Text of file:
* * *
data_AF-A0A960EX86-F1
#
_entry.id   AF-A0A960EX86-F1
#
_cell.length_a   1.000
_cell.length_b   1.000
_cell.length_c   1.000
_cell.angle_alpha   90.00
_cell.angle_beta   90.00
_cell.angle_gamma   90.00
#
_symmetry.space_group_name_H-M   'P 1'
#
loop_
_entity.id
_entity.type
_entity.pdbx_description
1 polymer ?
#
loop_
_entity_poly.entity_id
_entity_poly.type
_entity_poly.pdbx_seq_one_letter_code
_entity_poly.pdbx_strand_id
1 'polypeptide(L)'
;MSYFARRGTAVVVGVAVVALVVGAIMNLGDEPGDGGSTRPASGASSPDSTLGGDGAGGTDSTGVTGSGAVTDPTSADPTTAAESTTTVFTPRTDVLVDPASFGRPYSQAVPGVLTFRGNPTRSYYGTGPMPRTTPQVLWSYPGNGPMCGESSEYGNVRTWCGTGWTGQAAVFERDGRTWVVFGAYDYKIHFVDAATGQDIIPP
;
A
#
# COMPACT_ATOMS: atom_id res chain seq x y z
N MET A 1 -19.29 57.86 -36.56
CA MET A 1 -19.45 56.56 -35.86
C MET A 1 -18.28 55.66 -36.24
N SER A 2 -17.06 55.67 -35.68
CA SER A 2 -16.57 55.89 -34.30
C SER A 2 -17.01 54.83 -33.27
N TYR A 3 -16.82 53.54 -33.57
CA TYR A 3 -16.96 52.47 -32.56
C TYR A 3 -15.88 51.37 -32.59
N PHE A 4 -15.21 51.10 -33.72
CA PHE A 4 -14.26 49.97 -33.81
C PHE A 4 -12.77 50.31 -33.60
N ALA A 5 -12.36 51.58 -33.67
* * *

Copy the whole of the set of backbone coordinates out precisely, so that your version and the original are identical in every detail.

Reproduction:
data_AF-A0A960EX86-F1
#
_entry.id   AF-A0A960EX86-F1
#
_cell.length_a   1.000
_cell.length_b   1.000
_cell.length_c   1.000
_cell.angle_alpha   90.00
_cell.angle_beta   90.00
_cell.angle_gamma   90.00
#
_symmetry.space_group_name_H-M   'P 1'
#
loop_
_entity.id
_entity.type
_entity.pdbx_description
1 polymer ?
#
loop_
_entity_poly.entity_id
_entity_poly.type
_entity_poly.pdbx_seq_one_letter_code
_entity_poly.pdbx_strand_id
1 'polypeptide(L)'
;MSYFARRGTAVVVGVAVVALVVGAIMNLGDEPGDGGSTRPASGASSPDSTLGGDGAGGTDSTGVTGSGAVTDPTSADPTTAAESTTTVFTPRTDVLVDPASFGRPYSQAVPGVLTFRGNPTRSYYGTGPMPRTTPQVLWSYPGNGPMCGESSEYGNVRTWCGTGWTGQAAVFERDGRTWVVFGAYDYKIHFVDAATGQDIIPP
;
A
#
# COMPACT_ATOMS: atom_id res chain seq x y z
N MET A 1 -19.29 57.86 -36.56
CA MET A 1 -19.45 56.56 -35.86
C MET A 1 -18.28 55.66 -36.24
N SER A 2 -17.06 55.67 -35.68
CA SER A 2 -16.57 55.89 -34.30
C SER A 2 -17.01 54.83 -33.27
N TYR A 3 -16.82 53.54 -33.57
CA TYR A 3 -16.96 52.47 -32.56
C TYR A 3 -15.88 51.37 -32.59
N PHE A 4 -15.21 51.10 -33.72
CA PHE A 4 -14.26 49.97 -33.81
C PHE A 4 -12.77 50.31 -33.60
N ALA A 5 -12.36 51.58 -33.67